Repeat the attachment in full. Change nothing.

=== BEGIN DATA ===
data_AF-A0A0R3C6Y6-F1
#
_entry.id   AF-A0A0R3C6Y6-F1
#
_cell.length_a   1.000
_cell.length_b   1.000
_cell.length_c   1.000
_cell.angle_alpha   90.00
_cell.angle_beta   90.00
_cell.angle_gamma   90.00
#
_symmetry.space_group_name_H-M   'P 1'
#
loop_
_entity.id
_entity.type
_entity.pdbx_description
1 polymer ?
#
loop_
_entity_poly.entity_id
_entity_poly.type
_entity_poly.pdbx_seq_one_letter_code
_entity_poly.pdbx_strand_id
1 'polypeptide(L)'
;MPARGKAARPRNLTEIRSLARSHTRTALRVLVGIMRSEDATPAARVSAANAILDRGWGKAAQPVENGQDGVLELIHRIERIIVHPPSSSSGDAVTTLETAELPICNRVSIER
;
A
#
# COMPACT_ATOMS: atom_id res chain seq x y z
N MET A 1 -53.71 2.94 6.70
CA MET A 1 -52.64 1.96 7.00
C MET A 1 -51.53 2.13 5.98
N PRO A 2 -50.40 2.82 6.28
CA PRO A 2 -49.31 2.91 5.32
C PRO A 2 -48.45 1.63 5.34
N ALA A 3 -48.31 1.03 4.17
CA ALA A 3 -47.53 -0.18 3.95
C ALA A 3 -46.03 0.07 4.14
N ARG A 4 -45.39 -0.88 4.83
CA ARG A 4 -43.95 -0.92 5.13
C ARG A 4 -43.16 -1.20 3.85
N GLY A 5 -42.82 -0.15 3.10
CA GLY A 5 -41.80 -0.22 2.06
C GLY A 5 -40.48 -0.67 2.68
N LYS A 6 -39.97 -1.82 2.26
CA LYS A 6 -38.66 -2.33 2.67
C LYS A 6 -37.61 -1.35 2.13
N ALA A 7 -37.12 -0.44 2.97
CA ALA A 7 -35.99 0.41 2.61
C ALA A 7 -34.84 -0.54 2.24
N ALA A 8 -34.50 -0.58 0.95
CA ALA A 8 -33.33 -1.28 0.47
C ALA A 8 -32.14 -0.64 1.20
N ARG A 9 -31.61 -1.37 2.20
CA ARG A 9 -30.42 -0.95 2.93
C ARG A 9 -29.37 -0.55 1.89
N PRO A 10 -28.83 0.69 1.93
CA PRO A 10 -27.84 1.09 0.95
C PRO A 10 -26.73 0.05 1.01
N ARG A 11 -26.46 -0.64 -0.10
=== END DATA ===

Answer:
data_AF-A0A0R3C6Y6-F1
#
_entry.id   AF-A0A0R3C6Y6-F1
#
_cell.length_a   1.000
_cell.length_b   1.000
_cell.length_c   1.000
_cell.angle_alpha   90.00
_cell.angle_beta   90.00
_cell.angle_gamma   90.00
#
_symmetry.space_group_name_H-M   'P 1'
#
loop_
_entity.id
_entity.type
_entity.pdbx_description
1 polymer ?
#
loop_
_entity_poly.entity_id
_entity_poly.type
_entity_poly.pdbx_seq_one_letter_code
_entity_poly.pdbx_strand_id
1 'polypeptide(L)'
;MPARGKAARPRNLTEIRSLARSHTRTALRVLVGIMRSEDATPAARVSAANAILDRGWGKAAQPVENGQDGVLELIHRIERIIVHPPSSSSGDAVTTLETAELPICNRVSIER
;
A
#
# COMPACT_ATOMS: atom_id res chain seq x y z
N MET A 1 -53.71 2.94 6.70
CA MET A 1 -52.64 1.96 7.00
C MET A 1 -51.53 2.13 5.98
N PRO A 2 -50.40 2.82 6.28
CA PRO A 2 -49.31 2.91 5.32
C PRO A 2 -48.45 1.63 5.34
N ALA A 3 -48.31 1.03 4.17
CA ALA A 3 -47.53 -0.18 3.95
C ALA A 3 -46.03 0.07 4.14
N ARG A 4 -45.39 -0.88 4.83
CA ARG A 4 -43.95 -0.92 5.13
C ARG A 4 -43.16 -1.20 3.85
N GLY A 5 -42.82 -0.15 3.10
CA GLY A 5 -41.80 -0.22 2.06
C GLY A 5 -40.48 -0.67 2.68
N LYS A 6 -39.97 -1.82 2.26
CA LYS A 6 -38.66 -2.33 2.67
C LYS A 6 -37.61 -1.35 2.13
N ALA A 7 -37.12 -0.44 2.97
CA ALA A 7 -35.99 0.41 2.61
C ALA A 7 -34.84 -0.54 2.24
N ALA A 8 -34.50 -0.58 0.95
CA ALA A 8 -33.33 -1.28 0.47
C ALA A 8 -32.14 -0.64 1.20
N ARG A 9 -31.61 -1.37 2.20
CA ARG A 9 -30.42 -0.95 2.93
C ARG A 9 -29.37 -0.55 1.89
N PRO A 10 -28.83 0.69 1.93
CA PRO A 10 -27.84 1.09 0.95
C PRO A 10 -26.73 0.05 1.01
N ARG A 11 -26.46 -0.64 -0.10